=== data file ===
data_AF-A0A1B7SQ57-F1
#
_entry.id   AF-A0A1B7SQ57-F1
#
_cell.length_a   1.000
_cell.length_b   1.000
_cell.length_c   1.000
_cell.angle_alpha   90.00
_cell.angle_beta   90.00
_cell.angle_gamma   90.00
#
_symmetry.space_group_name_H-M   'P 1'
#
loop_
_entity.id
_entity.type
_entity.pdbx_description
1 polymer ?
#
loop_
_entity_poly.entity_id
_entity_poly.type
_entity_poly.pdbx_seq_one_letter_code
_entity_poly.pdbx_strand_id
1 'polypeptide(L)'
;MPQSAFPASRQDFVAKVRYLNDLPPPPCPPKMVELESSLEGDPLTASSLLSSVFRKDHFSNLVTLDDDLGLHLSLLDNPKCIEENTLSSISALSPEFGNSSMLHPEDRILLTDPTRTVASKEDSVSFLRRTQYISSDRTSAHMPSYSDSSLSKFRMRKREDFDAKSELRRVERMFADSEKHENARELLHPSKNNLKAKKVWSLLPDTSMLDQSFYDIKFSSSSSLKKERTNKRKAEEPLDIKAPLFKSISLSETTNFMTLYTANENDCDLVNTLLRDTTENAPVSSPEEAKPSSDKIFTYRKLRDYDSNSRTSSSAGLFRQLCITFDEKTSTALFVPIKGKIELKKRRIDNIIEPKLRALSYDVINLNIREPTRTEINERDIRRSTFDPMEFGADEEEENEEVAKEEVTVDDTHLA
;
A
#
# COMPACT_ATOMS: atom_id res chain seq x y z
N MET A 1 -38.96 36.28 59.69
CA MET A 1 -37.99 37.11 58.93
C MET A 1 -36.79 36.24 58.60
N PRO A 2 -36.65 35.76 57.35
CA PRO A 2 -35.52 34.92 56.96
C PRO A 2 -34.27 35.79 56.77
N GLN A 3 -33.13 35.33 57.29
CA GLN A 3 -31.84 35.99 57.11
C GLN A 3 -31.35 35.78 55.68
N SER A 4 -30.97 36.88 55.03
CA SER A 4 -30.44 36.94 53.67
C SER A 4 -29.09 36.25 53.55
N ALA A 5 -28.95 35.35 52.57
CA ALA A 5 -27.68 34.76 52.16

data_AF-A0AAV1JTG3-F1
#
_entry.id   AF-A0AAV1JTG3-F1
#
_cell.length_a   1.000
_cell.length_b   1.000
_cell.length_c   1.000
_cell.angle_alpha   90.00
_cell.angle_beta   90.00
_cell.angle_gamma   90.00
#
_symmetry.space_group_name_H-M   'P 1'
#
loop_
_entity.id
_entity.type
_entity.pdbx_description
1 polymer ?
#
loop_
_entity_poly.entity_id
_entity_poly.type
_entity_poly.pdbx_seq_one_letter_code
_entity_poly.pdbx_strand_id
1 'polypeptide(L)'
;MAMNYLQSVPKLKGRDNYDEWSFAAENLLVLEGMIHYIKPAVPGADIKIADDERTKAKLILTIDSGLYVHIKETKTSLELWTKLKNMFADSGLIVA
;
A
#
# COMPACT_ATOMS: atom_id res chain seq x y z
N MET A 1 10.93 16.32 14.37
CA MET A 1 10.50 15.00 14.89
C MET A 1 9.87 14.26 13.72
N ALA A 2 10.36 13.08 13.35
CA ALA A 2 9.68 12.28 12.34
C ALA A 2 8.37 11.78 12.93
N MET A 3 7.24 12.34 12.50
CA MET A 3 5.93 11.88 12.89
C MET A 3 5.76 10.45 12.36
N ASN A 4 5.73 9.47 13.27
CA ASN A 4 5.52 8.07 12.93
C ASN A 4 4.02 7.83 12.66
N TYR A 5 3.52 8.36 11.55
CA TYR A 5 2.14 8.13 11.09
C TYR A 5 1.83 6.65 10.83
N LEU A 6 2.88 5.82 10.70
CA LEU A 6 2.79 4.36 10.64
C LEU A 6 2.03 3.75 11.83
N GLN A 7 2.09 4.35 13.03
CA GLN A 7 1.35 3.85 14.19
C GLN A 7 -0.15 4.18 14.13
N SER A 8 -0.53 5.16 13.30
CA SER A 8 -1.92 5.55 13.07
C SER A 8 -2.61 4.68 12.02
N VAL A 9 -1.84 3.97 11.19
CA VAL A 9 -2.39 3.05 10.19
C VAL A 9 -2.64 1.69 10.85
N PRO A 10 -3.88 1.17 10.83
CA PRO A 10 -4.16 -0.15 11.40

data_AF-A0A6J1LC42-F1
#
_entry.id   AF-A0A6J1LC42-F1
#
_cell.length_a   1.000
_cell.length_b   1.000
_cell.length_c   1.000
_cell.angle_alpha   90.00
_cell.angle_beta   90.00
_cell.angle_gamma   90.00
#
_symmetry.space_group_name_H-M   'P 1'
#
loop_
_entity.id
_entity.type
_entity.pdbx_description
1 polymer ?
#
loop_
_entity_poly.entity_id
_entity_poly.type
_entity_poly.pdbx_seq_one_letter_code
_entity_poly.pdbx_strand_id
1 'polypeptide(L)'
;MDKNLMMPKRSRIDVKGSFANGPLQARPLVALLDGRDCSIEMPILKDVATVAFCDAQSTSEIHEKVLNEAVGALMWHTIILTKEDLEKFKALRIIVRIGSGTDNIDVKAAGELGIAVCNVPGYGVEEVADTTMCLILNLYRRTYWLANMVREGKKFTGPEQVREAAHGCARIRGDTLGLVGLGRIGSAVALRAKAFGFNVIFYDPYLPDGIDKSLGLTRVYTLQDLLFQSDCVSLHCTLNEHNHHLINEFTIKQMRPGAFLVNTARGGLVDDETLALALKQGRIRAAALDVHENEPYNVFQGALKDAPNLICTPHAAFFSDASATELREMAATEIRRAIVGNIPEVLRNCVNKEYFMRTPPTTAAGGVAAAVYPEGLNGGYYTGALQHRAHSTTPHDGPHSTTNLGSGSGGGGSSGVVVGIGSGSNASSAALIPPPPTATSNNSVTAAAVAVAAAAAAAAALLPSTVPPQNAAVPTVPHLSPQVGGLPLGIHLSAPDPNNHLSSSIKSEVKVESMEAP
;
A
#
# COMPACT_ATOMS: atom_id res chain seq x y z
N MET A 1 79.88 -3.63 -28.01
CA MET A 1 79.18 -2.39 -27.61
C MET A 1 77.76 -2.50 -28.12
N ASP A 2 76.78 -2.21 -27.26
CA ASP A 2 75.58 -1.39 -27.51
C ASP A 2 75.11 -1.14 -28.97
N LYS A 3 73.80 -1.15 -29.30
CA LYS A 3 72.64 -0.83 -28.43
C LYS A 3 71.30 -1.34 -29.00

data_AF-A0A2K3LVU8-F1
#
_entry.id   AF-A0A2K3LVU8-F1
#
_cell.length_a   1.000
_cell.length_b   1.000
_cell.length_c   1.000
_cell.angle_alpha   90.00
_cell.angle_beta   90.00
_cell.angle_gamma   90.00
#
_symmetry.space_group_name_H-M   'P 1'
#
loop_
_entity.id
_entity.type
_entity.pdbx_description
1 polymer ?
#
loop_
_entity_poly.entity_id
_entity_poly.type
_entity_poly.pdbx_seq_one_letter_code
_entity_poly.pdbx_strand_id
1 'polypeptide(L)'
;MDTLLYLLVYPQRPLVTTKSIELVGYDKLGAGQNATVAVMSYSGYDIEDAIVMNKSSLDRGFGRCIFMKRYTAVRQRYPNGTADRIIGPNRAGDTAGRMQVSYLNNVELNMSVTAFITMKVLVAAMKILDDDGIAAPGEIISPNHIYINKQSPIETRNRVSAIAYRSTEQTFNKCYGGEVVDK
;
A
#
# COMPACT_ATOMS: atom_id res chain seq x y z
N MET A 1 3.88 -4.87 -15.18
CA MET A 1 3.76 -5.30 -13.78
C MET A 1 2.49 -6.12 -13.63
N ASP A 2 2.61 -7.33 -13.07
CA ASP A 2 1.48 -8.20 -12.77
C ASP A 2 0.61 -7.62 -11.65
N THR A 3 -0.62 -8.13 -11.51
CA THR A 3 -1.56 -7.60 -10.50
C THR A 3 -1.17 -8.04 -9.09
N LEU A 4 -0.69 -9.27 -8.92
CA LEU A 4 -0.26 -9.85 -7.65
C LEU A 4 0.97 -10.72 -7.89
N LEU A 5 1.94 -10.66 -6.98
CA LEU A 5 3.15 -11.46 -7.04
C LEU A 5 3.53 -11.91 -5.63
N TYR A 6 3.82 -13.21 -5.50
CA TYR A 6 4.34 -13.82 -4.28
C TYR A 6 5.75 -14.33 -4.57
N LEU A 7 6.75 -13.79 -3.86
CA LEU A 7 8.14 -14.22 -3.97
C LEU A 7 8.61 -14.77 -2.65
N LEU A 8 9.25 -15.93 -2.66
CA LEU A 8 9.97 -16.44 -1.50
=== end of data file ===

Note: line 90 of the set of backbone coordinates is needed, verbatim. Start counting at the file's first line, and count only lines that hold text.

N LEU A 6 2.88 5.82 10.70